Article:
National Poetry Day 6th October
Today is National Poetry Day. An annual celebration whose aim is to celebrate excellence in poetry and to increase its audience. Poetry is a vital service, according to the statistics. The National Literacy Trust tells us that in 2020 66.5% of children and young people agreed that writing poetry made them feel better during lockdown. Furthermore, in the same year sales of poetry books rose by 33% in October. And a report by Runnymede Trust and Penguin Random House found that poetry is the most common way for secondary students to encounter a Black, Asian or other minority ethnic author.
The NPD was founded in 1994, but poetry itself is as old as humanity. It may, in fact, be our oldest form of artistic expression; it certainly predates literacy. The word poetry comes from the ancient Greek poieo meaning “I create”, and humans have been creating down the centuries, using poetry to articulate every emotion as well as to record oral histories, and important events, to entertain and to offer prayer.
Do you know your haiku from your limerick? Your ode from your epic? There are dozens of different types of poetry. You’ve probably had a go at a few of them yourself, and if you’d like to participate in this year’s celebration, see here:
Library Resources for National Poetry Day
Of course, we have a huge range of poetry resources that you can access via LibrarySearch.
LibrarySearch Library Catalogue
We have books on how to read it, how to write it, how the greats do it, and why it matters. We also have access to the Poetry Archive which houses recordings of poets reading their own work out loud. It features the works of contemporary poets alongside historic records of Seamus Heaney, W.B. Yeats, T.S. Eliot and many others. Of course, we may be biased, but we believe that one of the best poems within the archive, is Library Ology, written and presented by Benjamin Zephaniah. You can listen to it here:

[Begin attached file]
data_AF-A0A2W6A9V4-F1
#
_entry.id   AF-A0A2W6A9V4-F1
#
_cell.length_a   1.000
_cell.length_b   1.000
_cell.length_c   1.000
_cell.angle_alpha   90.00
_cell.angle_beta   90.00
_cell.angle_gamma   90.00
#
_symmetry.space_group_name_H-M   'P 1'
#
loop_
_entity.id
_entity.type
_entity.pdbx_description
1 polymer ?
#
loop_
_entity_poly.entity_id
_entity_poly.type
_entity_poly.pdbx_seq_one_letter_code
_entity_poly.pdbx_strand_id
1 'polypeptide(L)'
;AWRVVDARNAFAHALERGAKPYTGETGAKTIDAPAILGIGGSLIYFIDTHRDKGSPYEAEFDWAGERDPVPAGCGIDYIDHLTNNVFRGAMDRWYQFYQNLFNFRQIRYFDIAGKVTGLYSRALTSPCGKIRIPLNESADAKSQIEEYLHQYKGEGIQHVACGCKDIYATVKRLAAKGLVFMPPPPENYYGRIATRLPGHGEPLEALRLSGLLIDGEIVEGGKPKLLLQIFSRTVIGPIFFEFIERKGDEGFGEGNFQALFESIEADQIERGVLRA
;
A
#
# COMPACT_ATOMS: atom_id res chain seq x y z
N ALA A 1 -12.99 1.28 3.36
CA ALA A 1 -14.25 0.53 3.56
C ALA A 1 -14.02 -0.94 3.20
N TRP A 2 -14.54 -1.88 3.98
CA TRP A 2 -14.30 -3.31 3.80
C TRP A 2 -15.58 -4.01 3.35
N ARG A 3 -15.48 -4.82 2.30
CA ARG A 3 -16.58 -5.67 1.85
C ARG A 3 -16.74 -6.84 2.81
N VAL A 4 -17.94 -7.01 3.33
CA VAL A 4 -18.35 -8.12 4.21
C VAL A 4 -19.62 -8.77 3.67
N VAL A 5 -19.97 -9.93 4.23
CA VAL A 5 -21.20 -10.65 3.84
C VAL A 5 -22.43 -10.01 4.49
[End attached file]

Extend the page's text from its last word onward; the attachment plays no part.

Library Ology – Poetry Archive
Or how about checking out Poets on Screen, a library of 879 video clips of poets reading their own and other poets’ work. We may be biased, but we love this tender and moving poem – The Keepsake – written and read here by Fleur Adcock (spoiler alert – it features witty librarian jargon).
The Keepsake Read by Fleur Adcock – Literature Online – ProQuest
Learn more about the power of reading in our post on International Literacy Day.
By Lesley McRobb
Image source: Unsplash Álvaro Serrano